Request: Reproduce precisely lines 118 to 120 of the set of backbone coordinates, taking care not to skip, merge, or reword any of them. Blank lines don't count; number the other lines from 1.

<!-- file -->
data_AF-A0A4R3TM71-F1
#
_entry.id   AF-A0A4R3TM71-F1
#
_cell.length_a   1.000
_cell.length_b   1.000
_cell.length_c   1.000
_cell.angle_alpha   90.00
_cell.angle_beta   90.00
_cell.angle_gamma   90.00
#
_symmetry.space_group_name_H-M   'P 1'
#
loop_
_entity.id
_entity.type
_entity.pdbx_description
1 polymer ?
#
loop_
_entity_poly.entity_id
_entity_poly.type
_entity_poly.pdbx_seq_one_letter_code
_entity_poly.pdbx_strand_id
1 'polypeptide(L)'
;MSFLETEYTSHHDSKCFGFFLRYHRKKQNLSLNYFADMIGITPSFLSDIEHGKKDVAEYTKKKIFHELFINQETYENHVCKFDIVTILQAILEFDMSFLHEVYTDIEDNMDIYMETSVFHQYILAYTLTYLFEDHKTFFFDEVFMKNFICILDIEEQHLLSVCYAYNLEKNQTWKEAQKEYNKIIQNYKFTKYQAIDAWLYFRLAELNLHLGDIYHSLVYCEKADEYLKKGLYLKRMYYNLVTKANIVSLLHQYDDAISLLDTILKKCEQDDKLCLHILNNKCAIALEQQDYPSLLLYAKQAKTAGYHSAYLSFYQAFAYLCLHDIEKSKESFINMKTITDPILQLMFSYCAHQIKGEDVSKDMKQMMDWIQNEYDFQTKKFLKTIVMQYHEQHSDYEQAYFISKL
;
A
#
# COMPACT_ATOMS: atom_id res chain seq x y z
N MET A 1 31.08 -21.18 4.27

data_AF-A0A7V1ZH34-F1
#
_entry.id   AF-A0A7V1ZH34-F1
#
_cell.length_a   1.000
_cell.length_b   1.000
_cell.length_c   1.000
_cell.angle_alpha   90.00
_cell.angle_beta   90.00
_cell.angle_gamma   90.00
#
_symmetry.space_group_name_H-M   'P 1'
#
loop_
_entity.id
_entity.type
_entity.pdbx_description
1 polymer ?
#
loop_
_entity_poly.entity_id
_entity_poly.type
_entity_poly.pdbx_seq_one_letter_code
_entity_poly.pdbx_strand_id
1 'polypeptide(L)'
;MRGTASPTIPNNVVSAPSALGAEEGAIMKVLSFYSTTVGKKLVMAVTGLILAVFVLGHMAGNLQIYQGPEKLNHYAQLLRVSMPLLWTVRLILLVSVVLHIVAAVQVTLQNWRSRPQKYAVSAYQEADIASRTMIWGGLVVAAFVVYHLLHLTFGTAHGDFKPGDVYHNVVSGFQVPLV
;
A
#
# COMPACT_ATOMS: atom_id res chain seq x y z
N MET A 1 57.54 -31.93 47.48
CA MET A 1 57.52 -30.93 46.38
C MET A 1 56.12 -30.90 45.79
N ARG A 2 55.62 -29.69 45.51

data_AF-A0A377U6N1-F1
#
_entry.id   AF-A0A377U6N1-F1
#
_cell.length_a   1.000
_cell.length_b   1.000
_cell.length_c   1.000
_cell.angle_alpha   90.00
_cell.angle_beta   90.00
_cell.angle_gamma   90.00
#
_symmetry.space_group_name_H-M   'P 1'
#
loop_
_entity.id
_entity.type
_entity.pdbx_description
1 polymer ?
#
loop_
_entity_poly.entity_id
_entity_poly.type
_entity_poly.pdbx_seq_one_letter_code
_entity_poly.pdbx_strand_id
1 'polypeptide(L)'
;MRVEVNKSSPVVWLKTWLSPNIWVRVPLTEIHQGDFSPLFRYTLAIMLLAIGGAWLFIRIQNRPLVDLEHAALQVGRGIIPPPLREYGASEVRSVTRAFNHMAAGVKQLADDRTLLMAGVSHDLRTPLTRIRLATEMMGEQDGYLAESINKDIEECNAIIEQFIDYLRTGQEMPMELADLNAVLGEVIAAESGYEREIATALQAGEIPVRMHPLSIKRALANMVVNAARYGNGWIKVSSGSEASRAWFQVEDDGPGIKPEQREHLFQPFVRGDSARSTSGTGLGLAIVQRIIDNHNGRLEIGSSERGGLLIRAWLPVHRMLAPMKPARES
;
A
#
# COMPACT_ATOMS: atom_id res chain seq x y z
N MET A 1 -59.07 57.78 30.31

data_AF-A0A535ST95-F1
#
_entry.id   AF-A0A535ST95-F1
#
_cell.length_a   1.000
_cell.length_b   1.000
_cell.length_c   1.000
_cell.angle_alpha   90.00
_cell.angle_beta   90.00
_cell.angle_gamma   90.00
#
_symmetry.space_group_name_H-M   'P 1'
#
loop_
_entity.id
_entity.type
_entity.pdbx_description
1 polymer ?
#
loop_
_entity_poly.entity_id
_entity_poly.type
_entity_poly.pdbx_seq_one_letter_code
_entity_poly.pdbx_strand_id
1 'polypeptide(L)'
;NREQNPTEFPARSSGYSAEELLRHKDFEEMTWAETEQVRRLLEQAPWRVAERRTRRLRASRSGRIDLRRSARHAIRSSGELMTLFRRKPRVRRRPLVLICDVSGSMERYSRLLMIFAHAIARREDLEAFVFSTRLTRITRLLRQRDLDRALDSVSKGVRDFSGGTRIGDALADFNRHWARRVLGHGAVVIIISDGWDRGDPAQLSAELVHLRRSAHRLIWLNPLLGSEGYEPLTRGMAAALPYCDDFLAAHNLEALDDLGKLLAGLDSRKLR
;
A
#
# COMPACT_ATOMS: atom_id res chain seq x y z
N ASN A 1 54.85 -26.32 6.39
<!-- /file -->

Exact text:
_entity_poly.type
_entity_poly.pdbx_seq_one_letter_code
_entity_poly.pdbx_strand_id